“With the push on capital expenditure and infrastructure, it seems like the government has determined for itself that India is entering a post-pandemic phase and the immediate crisis around the pandemic, for which fiscal space needs to be created, (is over),” said Yamini Aiyer, director of the Centre for Policy Research during the event.
The data on unemployment and the evidence of a K-shaped recovery point to a significant amount of stress at the bottom of the pyramid, Aiyer said, adding that the absence of a social safety net will create more stress going forward.
“Housing and safety nets would have been crucial and the absence of this in the budget is really jarring, especially against the backdrop of the migrant crisis,” Aiyer said.
Expenditure on the Mahatma Gandhi National Rural Employment Guarantee Program was reduced to Rs 73,000 crore in the budget for FY22, presented by finance minister Nirmala Sitharaman at the start of the month, against Rs 1.1 lakh crore in the revised estimates for FY21.
According to Rajat Kathuria, director at Indian Council for Research on International Economic Relations, the expected increase in informality as the economy shifts to more gig-based work made it incumbent upon the government to provide a social safety architecture for informal workers.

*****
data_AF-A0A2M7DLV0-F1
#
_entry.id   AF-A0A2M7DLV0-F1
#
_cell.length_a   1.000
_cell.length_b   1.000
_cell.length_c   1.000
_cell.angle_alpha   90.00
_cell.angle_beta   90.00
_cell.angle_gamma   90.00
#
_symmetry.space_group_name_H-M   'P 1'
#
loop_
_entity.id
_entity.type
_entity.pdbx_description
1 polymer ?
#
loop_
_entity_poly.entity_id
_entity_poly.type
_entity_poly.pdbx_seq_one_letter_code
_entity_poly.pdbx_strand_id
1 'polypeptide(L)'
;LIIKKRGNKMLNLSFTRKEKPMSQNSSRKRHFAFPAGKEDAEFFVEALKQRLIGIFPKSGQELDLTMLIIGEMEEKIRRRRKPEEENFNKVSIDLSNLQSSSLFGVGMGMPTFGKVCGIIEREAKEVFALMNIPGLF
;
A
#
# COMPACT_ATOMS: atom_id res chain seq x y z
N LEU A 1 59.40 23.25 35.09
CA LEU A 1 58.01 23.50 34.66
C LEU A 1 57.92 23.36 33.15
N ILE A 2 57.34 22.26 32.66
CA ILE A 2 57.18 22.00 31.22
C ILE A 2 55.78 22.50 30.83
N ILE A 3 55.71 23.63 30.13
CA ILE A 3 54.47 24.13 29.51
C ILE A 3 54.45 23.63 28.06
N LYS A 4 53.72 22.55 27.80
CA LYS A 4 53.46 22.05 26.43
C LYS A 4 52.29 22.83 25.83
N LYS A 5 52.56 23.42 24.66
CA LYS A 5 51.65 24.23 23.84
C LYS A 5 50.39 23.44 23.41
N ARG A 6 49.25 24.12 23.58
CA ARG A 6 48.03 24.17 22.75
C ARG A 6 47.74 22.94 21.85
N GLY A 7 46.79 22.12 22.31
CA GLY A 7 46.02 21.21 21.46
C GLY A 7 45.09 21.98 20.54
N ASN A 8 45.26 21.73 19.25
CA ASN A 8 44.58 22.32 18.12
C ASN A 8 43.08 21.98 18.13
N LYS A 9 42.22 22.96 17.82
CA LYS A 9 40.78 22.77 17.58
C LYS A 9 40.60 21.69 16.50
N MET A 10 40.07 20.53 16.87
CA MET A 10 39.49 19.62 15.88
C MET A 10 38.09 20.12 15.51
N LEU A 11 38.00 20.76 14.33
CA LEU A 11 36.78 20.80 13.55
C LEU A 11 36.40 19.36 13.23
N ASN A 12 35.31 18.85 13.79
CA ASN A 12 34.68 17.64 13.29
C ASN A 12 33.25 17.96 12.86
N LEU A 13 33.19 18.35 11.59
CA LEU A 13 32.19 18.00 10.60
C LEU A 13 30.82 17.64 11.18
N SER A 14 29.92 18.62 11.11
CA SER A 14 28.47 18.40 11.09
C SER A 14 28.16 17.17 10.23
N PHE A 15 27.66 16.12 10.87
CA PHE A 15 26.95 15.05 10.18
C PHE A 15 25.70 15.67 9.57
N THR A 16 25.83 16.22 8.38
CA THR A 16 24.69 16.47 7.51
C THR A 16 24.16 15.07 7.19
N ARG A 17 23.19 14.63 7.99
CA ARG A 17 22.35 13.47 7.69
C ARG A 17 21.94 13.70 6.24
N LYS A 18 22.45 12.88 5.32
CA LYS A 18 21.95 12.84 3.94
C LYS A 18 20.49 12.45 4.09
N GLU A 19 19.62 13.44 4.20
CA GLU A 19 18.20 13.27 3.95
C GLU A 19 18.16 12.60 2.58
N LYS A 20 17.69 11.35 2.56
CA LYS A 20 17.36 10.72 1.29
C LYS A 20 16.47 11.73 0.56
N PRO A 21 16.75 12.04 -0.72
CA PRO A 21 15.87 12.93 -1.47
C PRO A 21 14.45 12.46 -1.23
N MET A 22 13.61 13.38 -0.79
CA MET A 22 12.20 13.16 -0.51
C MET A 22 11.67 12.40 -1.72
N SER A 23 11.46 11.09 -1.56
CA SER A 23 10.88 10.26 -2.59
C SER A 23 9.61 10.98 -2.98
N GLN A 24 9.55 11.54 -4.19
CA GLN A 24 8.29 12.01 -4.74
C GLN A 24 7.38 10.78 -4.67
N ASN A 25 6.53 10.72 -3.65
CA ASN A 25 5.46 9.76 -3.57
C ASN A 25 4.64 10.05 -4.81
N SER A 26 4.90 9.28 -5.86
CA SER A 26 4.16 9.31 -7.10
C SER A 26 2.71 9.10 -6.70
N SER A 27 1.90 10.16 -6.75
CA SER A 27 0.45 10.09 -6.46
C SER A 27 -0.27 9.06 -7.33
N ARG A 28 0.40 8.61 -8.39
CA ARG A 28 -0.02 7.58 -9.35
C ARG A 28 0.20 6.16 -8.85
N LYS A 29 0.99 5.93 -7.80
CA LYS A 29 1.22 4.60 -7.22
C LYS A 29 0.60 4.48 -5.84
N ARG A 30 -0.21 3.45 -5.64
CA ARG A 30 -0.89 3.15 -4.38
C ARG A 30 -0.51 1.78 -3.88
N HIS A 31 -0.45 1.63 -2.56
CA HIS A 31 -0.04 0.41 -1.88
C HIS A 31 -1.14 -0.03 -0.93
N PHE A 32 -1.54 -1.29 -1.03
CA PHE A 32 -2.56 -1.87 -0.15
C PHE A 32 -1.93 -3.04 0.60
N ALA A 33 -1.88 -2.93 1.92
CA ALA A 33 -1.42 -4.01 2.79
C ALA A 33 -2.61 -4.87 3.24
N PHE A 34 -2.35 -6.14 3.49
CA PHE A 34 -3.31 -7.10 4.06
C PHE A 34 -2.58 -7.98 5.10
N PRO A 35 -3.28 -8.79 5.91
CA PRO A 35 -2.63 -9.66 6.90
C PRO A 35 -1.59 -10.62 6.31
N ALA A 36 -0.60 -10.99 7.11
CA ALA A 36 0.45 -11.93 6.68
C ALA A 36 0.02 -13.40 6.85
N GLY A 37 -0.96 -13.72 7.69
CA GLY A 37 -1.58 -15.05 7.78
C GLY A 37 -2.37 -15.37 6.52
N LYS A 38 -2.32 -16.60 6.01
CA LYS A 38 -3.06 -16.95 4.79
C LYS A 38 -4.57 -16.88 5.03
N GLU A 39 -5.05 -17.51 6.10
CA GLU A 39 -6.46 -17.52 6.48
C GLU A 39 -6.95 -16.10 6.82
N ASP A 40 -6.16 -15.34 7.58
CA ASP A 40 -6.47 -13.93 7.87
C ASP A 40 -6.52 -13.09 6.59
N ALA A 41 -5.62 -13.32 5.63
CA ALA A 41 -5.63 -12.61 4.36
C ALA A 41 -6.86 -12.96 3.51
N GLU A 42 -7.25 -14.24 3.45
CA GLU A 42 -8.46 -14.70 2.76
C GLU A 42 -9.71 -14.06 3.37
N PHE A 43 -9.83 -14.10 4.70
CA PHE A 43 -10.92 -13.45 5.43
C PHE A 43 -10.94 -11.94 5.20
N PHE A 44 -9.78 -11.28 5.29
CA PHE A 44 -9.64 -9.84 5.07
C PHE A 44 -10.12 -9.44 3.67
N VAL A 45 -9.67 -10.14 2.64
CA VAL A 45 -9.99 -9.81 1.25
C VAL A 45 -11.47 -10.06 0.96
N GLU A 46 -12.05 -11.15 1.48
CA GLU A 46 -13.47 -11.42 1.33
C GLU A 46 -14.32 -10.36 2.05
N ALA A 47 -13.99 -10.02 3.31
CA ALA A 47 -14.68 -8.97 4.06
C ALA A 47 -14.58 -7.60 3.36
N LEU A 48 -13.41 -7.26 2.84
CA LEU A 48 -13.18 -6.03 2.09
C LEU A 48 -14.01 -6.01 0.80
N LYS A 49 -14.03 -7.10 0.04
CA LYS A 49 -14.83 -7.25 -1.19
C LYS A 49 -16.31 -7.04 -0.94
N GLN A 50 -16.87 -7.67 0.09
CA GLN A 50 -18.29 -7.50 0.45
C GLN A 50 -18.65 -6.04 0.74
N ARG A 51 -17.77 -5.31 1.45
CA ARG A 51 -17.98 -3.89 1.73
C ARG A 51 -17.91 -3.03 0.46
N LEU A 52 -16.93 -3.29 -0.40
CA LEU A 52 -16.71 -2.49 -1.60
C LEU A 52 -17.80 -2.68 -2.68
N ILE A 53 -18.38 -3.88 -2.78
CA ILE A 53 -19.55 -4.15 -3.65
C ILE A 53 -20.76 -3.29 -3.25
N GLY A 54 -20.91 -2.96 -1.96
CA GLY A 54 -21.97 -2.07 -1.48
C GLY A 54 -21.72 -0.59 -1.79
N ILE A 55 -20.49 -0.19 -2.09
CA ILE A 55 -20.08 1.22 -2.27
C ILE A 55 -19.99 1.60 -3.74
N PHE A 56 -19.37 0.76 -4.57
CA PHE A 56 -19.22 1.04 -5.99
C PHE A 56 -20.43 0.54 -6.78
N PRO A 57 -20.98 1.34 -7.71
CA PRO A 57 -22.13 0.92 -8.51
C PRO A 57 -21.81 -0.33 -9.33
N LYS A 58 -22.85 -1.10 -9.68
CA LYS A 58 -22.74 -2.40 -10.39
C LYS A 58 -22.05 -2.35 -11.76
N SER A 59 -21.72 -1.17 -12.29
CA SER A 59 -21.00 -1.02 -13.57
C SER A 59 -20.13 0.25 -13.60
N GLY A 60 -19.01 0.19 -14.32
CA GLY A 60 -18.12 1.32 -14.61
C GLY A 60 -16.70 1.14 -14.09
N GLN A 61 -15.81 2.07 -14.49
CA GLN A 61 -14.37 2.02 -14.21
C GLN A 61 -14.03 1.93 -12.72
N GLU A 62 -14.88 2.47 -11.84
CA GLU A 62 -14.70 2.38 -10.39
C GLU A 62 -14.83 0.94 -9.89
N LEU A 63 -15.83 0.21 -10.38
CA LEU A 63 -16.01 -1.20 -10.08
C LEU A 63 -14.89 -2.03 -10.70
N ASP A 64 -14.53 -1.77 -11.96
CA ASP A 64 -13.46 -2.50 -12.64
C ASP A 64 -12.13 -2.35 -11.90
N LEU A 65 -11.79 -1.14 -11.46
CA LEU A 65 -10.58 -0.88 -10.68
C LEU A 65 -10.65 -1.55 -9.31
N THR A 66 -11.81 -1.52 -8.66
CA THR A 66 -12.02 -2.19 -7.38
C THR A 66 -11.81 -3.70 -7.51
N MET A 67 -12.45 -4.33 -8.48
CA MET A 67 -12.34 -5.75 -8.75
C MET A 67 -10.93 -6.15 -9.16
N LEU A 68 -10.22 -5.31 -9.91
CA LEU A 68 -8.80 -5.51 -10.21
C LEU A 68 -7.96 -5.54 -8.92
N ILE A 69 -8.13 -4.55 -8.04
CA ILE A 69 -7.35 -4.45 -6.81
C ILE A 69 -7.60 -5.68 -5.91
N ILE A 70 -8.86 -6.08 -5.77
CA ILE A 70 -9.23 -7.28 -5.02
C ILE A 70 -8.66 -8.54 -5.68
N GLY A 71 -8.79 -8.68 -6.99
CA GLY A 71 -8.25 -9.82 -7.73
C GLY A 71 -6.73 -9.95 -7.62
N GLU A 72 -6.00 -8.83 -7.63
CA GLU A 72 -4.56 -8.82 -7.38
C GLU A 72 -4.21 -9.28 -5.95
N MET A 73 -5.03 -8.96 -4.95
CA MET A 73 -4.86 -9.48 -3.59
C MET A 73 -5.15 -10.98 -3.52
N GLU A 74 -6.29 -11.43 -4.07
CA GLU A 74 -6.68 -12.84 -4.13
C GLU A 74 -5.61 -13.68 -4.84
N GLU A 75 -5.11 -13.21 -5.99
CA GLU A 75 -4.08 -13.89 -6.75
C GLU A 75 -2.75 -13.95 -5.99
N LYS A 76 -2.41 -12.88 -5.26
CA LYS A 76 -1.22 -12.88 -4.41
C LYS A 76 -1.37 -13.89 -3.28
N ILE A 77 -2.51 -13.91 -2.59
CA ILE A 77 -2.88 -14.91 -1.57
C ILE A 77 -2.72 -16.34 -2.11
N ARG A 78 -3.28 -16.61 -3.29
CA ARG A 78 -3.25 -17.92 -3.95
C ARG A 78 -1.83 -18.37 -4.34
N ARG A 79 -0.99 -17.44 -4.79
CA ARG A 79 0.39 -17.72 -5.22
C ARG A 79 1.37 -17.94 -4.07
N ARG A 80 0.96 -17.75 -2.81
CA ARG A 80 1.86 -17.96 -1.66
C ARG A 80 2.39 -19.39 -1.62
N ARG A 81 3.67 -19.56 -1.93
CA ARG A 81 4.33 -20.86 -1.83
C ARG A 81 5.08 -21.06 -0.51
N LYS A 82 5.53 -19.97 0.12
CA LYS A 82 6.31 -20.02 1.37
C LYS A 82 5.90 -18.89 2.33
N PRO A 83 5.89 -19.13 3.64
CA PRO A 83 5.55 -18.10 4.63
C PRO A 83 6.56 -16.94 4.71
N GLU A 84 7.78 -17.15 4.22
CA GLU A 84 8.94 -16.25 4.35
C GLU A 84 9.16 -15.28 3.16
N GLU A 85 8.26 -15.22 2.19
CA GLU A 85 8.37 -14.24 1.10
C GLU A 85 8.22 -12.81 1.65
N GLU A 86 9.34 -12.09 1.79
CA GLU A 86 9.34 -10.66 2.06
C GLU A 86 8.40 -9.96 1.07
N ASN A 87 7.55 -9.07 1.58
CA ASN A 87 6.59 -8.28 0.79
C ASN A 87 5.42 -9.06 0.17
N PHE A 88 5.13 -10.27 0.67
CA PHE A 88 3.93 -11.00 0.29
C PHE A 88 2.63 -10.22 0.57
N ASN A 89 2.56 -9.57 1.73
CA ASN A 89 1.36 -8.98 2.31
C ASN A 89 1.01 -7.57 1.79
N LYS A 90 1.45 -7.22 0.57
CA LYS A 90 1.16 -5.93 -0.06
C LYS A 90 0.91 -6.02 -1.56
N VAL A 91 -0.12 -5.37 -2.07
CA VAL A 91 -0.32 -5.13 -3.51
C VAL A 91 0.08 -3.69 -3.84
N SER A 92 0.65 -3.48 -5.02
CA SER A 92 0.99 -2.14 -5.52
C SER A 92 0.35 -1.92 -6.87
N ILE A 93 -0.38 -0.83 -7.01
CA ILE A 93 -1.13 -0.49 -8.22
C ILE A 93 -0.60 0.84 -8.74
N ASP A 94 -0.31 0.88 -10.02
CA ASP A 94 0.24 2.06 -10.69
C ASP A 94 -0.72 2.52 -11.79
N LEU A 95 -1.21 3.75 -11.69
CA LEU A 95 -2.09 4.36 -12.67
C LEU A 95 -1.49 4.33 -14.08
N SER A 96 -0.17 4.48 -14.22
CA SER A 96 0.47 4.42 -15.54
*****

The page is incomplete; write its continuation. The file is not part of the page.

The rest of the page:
“Given that the formal sector is not going to be able to absorb as many workers, while you get the ease of doing business in the top 50 (countries), it’s important to have a path towards trying to bring some social safety net for informal workers,” Kathuria said, speaking as part of the panel.
Addressing India’s increasing protectionism in tariff policy, Kathuria said commercial policy needs to be designed strategically as raising tariffs without making domestic manufacturing competitive would only lead to increased prices.
“Protectionism sits uneasy with our objective of increasing foreign direct investment limits and looking to participate in global markets and value chains, Kathuria said, adding “The design of a strategic industrial policy, just like we did in 1991, in our own interest, should be done again in 2021, in our own interest, not because the rest of the world is doing it.”
Education and skilling
Nishant Chadha, professor at the Indian Development Foundation highlighted the need for an education and skilling policy that focuses on labour productivity, who was also part of the panel.
While labour productivity was in fact growing, Chadha said it was due to a declining base of employment.
“Our manufacturing productivity as a proportion of services was constant until 10 years ago and it has jumped up since then, so manufacturing is becoming more productive,” Chadha said, adding, “But the employment in manufacturing is not growing and our agricultural sector is becoming less productive compared to services over time.”
This left the country in a peculiar situation where it could not move agriculture workers to the manufacturing sector because of declining jobs while they were not skilled enough to shift to the services sector and “this is what our education and skilling policy needs to address,” Chadha said.